Joeblade

Let the Right One In

Let the Right One In, currently on release in the UK, is a subtitled Swedish art house film set in the early ’80s in an impoverished suburban setting, thick with snow and ice. The main character is a 12 year old boy with a perpetually runny nose whose parents are separated, his father an alcoholic. Dialogue is sparse and the bulk of the story is taken up by a schoolboy’s struggle against some playground bullies. The critics are loving it. I thought it was ok.

The film is probably a victim of its own hype. Heavily postered across the Underground and with the likes of Mark Kermode and Kim Newman raving about it at every opportunity, I felt a bit guilty when I found myself bored for a good half of the film, which is bleak in tone and monosyllabic in voice, and the characters’ endless trudging through the snow mirrored what it felt like to get to the more interesting parts of the film. Trudge, trudge, trudge.

At its heart, the film isn’t really about vampirism; it’s not about Eli the vampire girl and it’s definitely not a horror film, hiding its horrors within the dreary normality of a working-class community. Instead, it’s a love story between a couple of 12 year olds from dysfunctional backgrounds, one of whom helps the other to overcome the school bullies. And that’s fine, you know, it’s sweet and touching and innocent and if you subtracted the vampire aspects you could happily show the film on a rainy Bank Holiday Monday on Channel 4 at 2:30 in the afternoon and the only people who would watch it would be bored schoolkids who were trying desperately to bridge the gap between lunchtime Neighbours and Children’s BBC.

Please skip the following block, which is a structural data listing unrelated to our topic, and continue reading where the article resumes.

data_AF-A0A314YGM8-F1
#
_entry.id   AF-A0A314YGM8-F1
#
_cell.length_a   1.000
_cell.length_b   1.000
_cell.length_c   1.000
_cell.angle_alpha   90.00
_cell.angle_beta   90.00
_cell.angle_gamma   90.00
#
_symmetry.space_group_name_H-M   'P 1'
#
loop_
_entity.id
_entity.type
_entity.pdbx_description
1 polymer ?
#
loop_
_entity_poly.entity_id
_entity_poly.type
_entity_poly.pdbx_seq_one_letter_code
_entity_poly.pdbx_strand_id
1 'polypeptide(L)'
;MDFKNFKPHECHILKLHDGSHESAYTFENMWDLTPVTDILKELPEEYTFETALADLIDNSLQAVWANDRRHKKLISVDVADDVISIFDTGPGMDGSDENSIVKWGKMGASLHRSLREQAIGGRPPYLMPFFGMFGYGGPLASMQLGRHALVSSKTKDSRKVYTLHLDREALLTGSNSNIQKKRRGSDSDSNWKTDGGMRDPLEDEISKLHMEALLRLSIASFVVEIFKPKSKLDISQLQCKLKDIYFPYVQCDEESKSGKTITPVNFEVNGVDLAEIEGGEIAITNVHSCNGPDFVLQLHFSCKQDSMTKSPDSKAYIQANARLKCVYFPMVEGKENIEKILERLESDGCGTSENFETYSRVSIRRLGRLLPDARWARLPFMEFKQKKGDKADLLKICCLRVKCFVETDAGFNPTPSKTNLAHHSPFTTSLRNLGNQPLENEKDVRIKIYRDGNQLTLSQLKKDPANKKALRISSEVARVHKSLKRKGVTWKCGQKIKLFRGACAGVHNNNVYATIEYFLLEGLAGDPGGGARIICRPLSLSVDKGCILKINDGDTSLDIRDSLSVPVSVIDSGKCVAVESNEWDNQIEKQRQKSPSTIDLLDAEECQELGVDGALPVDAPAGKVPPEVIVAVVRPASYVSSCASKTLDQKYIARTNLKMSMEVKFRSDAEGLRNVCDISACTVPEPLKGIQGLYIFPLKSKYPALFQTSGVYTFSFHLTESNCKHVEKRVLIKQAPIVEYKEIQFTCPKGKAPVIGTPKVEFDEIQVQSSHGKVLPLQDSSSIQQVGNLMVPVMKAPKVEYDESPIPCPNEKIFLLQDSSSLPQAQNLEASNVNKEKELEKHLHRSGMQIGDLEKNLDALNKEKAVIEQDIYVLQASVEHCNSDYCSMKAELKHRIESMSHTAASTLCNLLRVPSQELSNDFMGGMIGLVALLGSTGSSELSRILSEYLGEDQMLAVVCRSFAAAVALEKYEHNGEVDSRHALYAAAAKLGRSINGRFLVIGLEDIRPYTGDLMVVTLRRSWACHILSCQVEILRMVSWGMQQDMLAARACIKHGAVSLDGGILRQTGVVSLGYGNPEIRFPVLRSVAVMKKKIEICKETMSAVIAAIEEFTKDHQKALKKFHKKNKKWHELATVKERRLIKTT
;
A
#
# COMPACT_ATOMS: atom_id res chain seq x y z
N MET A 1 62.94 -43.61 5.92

But it isn’t just that story; it’s a vampire story as well, and there’s some interesting stuff here, genuinely adding fresh ideas to the cinematic vampire canon, including a gruesome reveal showing us what happens when a vampire enters a house uninvited, and the relationship between the ancient child vampire and those she enlists to help her feed. Lina Leandersson who plays Eli turns in a beautiful performance, subtle and terrifying at times and sweet and childlike at others, and Per Ragnar as Eli’s elderly carer Håkan also gives us subtle hints of a relationship far more one-sided than is initially seen. When Håkan is unable to provide for Eli, the film takes on a welcome, darker tone as Eli is forced to find sustenance for herself.

I liked these parts of the film far more than the others; I just don’t care about a love story between two 12 year olds that barely speak. I didn’t care at the start and I saw nothing that made me care by the end; I’m not saying that’s not a fault with the film as such – there are many things I don’t care about, such as the Grand Prix and sushi, and I don’t fault them for that either – but I don’t think it makes particularly interesting cinema unless you’re actually a 12 year old yourself (or a professional film critic). I cared far more about the relationship between Eli and Håkan, and Eli’s history, hinted at only by the presence of a priceless Faberge Egg in her possession, and the reaction from the local community to the deaths amongst them, but that unfortunately wasn’t the film I saw.

By Paul Haine, in